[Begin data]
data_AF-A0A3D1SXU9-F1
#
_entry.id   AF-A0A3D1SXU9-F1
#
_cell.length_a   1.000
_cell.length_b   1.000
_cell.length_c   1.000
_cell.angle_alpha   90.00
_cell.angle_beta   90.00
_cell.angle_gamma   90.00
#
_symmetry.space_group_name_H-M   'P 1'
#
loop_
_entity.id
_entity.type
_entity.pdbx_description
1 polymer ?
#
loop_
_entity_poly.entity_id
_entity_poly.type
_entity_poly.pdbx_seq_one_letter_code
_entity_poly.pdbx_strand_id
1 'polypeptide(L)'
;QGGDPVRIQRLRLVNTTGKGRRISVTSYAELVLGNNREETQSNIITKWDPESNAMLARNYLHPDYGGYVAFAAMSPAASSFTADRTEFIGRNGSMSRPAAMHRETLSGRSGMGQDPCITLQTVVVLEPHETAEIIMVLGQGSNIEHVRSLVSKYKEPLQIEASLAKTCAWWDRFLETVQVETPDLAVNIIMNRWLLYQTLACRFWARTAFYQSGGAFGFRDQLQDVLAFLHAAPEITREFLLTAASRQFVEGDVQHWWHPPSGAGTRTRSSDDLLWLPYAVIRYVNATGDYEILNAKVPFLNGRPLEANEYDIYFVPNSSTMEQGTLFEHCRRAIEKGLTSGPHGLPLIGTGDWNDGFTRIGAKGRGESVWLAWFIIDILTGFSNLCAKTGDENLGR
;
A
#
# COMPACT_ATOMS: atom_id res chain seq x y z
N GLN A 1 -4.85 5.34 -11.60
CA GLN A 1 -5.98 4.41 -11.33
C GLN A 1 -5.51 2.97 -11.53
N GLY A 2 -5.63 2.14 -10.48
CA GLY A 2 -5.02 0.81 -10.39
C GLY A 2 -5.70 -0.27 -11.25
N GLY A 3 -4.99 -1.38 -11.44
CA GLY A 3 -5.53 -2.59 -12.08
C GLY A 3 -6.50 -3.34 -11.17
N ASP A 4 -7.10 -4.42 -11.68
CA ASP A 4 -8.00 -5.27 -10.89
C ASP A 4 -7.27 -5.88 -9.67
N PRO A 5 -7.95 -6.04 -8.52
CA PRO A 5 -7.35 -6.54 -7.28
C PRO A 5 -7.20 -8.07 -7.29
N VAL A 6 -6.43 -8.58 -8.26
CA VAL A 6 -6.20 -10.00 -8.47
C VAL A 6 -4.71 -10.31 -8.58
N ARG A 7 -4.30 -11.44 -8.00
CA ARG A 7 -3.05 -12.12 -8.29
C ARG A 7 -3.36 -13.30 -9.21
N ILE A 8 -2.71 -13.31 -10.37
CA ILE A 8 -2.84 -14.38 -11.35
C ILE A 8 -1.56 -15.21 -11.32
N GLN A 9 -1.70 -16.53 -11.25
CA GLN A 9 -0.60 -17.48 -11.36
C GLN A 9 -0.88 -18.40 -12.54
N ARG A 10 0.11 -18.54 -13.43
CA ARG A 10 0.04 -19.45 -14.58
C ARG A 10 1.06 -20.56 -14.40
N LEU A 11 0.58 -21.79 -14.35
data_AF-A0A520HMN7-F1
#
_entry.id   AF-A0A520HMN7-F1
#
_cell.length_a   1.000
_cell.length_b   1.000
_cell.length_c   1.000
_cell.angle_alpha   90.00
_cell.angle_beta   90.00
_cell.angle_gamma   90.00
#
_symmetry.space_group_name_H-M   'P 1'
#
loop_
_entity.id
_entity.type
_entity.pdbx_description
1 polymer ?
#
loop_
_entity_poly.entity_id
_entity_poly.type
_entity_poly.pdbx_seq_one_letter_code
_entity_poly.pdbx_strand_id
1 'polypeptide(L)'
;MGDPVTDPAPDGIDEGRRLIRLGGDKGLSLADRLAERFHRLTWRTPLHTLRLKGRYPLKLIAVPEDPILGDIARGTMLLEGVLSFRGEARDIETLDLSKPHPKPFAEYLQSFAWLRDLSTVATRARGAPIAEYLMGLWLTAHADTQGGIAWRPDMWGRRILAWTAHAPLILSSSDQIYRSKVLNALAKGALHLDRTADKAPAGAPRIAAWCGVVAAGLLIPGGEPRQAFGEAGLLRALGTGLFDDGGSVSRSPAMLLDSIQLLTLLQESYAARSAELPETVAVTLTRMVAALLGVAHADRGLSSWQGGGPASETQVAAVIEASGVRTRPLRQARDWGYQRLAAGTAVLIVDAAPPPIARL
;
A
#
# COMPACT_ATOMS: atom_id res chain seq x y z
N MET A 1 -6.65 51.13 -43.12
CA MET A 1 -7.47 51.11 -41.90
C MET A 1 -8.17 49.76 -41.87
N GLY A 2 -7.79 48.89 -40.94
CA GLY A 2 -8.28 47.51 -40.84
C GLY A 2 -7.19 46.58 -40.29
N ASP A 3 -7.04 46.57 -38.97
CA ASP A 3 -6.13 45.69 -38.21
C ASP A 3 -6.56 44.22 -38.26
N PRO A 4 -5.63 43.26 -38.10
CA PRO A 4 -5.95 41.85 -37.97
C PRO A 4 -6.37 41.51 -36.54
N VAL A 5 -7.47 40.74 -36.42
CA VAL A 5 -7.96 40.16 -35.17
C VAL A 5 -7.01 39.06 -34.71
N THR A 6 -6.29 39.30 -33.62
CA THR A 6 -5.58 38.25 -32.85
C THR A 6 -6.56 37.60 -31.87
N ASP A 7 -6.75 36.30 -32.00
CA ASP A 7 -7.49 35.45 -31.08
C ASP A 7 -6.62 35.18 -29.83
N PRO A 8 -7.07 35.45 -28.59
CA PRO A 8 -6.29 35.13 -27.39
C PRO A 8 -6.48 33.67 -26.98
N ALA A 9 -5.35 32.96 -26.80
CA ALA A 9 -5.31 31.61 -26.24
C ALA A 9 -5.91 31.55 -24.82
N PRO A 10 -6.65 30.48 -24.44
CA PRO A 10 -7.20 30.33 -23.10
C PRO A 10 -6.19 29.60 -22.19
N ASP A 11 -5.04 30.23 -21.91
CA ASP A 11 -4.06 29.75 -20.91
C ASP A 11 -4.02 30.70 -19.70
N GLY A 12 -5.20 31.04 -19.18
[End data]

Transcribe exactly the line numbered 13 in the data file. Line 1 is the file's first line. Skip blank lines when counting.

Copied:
#